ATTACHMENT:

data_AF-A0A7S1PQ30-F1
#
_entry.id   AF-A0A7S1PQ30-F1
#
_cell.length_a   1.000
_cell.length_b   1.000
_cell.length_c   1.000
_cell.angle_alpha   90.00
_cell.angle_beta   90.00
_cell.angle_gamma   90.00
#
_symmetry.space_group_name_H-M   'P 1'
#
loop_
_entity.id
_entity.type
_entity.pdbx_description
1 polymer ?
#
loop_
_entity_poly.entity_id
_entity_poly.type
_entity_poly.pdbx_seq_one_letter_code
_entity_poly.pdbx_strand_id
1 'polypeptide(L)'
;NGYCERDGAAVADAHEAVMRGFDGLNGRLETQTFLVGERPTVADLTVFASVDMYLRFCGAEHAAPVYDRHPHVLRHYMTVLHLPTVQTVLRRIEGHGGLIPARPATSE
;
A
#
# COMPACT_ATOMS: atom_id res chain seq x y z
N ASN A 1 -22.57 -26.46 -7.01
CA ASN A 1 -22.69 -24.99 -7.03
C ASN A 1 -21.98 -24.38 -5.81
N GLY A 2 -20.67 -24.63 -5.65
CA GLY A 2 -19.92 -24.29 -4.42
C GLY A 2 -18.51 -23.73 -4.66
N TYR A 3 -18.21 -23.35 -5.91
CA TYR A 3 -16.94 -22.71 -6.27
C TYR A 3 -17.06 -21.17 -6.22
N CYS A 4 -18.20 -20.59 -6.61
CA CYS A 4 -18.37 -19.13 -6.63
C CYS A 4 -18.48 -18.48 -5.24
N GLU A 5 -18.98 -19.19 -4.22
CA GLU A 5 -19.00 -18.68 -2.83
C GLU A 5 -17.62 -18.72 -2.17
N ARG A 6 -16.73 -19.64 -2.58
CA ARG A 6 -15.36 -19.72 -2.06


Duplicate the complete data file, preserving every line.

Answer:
data_AF-A0A7S1PQ30-F1
#
_entry.id   AF-A0A7S1PQ30-F1
#
_cell.length_a   1.000
_cell.length_b   1.000
_cell.length_c   1.000
_cell.angle_alpha   90.00
_cell.angle_beta   90.00
_cell.angle_gamma   90.00
#
_symmetry.space_group_name_H-M   'P 1'
#
loop_
_entity.id
_entity.type
_entity.pdbx_description
1 polymer ?
#
loop_
_entity_poly.entity_id
_entity_poly.type
_entity_poly.pdbx_seq_one_letter_code
_entity_poly.pdbx_strand_id
1 'polypeptide(L)'
;NGYCERDGAAVADAHEAVMRGFDGLNGRLETQTFLVGERPTVADLTVFASVDMYLRFCGAEHAAPVYDRHPHVLRHYMTVLHLPTVQTVLRRIEGHGGLIPARPATSE
;
A
#
# COMPACT_ATOMS: atom_id res chain seq x y z
N ASN A 1 -22.57 -26.46 -7.01
CA ASN A 1 -22.69 -24.99 -7.03
C ASN A 1 -21.98 -24.38 -5.81
N GLY A 2 -20.67 -24.63 -5.65
CA GLY A 2 -19.92 -24.29 -4.42
C GLY A 2 -18.51 -23.73 -4.66
N TYR A 3 -18.21 -23.35 -5.91
CA TYR A 3 -16.94 -22.71 -6.27
C TYR A 3 -17.06 -21.17 -6.22
N CYS A 4 -18.20 -20.59 -6.61
CA CYS A 4 -18.37 -19.13 -6.63
C CYS A 4 -18.48 -18.48 -5.24
N GLU A 5 -18.98 -19.19 -4.22
CA GLU A 5 -19.00 -18.68 -2.83
C GLU A 5 -17.62 -18.72 -2.17
N ARG A 6 -16.73 -19.64 -2.58
CA ARG A 6 -15.36 -19.72 -2.06